1. Women’s’ competencies, skills, and contributions have been traditionally under recognized and undervalued. Even when women are in the same position, gender stereotypes tend to categorize women differently — which hinders promo ability, salary ranges, among other factors. Women have been historically inappropriately — and unjustifiably — categorized as not as committed due to their being mothers, or being perceived as less competent — simply due to their being female. In several studies, this has been validated, when mock applications were sent using ‘female-sounding’ names, the ‘male-sounding’ names were viewed more favorably AND offered jobs with higher-paying salaries. And to add to this reality, there are historically –and currently — more men in senior level roles than women — thus, this fact adds credence to men being ‘paid more’ just by the nature of them holding higher level positions. One last piece of this equation is the factor that women historically have chosen lower-paying roles (think women choosing nursing over becoming doctors, or women choosing teaching versus men choosing engineering). This trend is clearly changing; yet the historic figures do not lie. Net: all of these observations are clearly ‘wrong’ and changes are coming, yet very slowly.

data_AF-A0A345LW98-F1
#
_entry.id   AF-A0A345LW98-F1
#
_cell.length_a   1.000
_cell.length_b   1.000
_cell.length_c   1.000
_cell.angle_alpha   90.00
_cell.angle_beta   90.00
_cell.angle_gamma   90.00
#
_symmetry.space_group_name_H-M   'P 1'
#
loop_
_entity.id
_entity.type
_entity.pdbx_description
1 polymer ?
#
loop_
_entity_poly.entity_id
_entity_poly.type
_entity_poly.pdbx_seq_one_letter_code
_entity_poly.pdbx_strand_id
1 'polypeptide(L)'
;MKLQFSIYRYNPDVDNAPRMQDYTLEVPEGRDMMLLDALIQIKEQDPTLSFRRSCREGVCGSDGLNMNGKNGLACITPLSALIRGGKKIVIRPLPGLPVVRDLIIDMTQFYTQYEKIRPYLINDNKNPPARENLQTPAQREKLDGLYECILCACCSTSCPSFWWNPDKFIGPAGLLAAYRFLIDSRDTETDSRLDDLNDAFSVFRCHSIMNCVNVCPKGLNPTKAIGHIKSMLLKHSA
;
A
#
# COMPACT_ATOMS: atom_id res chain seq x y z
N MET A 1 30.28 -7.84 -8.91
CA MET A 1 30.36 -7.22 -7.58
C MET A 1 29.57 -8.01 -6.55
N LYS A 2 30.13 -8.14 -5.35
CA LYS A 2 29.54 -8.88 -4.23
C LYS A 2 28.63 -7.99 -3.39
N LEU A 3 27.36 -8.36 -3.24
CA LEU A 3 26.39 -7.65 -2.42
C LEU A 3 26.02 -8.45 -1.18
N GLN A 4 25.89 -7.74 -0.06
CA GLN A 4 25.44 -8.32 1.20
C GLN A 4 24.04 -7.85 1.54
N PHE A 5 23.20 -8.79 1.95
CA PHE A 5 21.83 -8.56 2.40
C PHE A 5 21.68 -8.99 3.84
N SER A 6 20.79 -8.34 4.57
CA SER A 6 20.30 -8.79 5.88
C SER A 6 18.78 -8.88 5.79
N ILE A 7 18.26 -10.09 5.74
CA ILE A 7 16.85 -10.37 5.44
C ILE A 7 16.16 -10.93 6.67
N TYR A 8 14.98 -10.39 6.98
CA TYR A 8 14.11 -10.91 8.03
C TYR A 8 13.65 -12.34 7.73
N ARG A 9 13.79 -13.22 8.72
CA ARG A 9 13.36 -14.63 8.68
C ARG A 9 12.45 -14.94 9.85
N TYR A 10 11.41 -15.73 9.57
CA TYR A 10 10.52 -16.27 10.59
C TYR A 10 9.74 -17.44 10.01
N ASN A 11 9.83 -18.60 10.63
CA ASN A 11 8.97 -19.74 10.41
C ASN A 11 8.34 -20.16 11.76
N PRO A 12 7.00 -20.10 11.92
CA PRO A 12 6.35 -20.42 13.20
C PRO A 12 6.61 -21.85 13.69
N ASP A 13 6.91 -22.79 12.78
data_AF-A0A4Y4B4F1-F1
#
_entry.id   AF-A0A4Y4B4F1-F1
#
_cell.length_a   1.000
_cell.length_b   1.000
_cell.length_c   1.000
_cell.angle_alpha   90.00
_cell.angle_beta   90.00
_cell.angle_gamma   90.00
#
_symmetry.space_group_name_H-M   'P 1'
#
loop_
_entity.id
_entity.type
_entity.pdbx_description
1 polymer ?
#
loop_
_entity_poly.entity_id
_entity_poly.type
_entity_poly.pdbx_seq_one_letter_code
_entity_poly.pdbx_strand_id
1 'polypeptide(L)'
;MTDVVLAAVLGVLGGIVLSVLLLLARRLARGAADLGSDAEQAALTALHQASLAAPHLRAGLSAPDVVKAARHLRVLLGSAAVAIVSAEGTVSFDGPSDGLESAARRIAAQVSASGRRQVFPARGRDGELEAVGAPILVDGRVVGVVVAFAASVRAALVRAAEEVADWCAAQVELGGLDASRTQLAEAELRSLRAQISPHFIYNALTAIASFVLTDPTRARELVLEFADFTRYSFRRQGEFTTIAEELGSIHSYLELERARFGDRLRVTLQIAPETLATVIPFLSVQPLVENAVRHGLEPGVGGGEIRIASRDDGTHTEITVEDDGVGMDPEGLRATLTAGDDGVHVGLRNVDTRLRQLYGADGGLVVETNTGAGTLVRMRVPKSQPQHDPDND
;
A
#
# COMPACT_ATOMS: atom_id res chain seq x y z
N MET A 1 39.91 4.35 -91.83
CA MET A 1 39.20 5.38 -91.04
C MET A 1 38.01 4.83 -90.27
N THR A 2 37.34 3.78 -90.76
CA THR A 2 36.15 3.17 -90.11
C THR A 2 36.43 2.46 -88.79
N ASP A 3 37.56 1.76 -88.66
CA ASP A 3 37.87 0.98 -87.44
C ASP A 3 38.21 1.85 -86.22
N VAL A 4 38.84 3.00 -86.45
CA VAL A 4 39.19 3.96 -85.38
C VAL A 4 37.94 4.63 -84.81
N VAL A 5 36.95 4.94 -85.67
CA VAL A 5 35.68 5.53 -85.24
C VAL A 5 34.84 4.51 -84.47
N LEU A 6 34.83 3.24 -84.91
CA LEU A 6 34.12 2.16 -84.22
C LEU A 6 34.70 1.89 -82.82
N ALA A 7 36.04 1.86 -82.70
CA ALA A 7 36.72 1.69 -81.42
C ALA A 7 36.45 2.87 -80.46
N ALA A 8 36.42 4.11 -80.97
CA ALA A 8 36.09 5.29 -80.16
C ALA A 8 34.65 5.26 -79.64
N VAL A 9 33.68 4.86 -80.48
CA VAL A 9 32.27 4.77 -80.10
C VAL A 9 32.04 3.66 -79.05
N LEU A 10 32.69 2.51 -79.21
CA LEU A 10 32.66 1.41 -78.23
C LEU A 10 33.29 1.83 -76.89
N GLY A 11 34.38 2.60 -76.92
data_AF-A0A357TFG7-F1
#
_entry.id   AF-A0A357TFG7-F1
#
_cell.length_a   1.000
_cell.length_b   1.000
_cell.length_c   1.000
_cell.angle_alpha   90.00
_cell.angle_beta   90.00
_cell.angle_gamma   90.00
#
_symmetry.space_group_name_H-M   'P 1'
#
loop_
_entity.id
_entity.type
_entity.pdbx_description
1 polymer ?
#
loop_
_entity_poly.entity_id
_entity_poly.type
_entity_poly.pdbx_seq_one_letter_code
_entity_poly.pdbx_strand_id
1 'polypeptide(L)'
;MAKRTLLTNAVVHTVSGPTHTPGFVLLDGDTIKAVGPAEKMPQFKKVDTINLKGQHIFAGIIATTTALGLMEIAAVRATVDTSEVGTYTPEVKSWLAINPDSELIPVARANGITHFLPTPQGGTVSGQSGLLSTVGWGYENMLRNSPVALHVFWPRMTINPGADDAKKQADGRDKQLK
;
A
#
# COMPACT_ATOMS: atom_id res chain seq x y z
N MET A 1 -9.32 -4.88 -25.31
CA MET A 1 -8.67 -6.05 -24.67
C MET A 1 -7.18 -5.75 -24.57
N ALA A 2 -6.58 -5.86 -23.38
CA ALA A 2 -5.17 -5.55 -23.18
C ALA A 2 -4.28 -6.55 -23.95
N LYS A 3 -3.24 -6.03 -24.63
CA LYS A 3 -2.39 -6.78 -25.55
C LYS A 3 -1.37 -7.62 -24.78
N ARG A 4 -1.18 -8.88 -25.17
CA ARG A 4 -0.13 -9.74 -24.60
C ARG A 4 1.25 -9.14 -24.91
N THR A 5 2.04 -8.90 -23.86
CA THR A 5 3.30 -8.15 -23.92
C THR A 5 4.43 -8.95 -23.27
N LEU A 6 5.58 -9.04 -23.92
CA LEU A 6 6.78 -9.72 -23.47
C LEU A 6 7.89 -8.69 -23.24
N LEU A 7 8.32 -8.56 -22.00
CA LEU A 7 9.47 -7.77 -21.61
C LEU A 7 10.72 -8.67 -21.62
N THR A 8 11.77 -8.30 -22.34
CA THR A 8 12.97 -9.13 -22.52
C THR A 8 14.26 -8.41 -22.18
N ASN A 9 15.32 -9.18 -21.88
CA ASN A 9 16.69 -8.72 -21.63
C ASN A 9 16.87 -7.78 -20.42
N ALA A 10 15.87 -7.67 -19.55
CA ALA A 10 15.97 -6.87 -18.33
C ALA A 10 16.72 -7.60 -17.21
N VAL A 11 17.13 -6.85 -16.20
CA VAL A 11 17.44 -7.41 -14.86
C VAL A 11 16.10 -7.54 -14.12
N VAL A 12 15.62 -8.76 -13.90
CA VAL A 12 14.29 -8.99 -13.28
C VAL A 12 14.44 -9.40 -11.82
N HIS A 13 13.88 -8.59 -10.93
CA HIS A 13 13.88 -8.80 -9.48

2. Historically, legislation has not supported equal pay or equal opportunity for women. Forty years after the first equal pay legislation was put into effect (the Equal Pay Act of 1970), women can still expect to be paid less. The law has made a big difference, however, often women don’t know they are underpaid. People (men and women) are often secretive about how much they are paid — and if a person wants to bring a case against an employer — that is an expensive proposition. The employer has deeper coffers to defend their actions than the individual employee…..not to mention the potential stain on the employee of filing a suit.
  3. Finally, and this may not be what female reader will want to hear; however, often women lack the confidence to demand equal pay for equal work. Women need to stand tall, know their worth, and demand equal pay. A mentor of mine once told me that the market (internal and external) will assign the value on you which you assign to yourself. This nugget has served me well throughout my career. Coupled with this, women need to help other women. It is appalling for me to still observe high-ranking women NOT reaching down to help other women. This is unacceptable; yet, it still is a reality in corporate America.

Net: I believe in equal opportunity and equal pay for equal work. I am NOT a believer in giving women — or men — unfair advantage based on their gender. That is simply obsolete thinking. Also, we must caution against reverse discrimination; that over-rotation will undermine the pure intention of equal opportunity for all.